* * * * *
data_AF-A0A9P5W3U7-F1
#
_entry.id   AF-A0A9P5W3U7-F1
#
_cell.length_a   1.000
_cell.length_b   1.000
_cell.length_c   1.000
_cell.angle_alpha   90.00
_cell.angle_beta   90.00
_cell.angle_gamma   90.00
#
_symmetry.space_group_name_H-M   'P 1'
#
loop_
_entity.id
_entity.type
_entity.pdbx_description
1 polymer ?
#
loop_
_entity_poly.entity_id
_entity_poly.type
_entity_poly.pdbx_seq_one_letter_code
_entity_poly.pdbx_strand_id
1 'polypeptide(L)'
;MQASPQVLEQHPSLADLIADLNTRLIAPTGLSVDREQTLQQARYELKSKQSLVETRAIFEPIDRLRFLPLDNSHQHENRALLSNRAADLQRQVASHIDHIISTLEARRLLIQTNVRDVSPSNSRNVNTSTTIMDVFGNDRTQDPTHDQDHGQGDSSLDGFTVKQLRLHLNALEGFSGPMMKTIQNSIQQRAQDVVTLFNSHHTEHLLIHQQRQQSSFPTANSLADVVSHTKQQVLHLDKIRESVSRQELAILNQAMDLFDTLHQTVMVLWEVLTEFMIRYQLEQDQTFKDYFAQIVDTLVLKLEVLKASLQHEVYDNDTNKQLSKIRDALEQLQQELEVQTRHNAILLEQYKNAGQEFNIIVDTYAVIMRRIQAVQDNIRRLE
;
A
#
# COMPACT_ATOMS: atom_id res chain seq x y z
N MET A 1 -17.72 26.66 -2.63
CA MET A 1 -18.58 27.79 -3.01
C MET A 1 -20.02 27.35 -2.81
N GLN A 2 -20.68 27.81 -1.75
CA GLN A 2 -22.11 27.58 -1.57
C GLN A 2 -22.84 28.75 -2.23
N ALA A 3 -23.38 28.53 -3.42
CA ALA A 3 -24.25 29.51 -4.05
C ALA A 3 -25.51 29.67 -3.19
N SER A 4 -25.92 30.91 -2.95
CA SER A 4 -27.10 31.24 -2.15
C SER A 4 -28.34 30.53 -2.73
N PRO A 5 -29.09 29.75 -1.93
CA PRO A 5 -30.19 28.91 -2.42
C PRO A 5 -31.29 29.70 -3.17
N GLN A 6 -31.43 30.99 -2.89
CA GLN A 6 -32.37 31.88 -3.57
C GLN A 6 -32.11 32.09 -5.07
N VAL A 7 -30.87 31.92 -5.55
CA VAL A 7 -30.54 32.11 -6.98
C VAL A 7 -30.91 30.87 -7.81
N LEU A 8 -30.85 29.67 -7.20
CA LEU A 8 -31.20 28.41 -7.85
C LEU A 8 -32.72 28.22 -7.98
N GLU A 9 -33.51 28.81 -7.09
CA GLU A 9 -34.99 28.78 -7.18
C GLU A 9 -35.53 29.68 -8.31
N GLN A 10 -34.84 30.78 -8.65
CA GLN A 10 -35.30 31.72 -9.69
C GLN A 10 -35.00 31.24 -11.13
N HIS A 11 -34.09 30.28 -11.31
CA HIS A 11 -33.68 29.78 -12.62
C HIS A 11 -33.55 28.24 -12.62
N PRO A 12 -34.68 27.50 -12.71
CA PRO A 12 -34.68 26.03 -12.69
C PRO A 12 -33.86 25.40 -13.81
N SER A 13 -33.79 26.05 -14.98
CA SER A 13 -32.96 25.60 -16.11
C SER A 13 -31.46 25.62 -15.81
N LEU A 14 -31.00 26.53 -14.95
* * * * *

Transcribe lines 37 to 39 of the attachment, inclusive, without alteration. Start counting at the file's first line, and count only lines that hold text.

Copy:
N ALA A 3 -23.38 28.53 -3.42
CA ALA A 3 -24.25 29.51 -4.05
C ALA A 3 -25.51 29.67 -3.19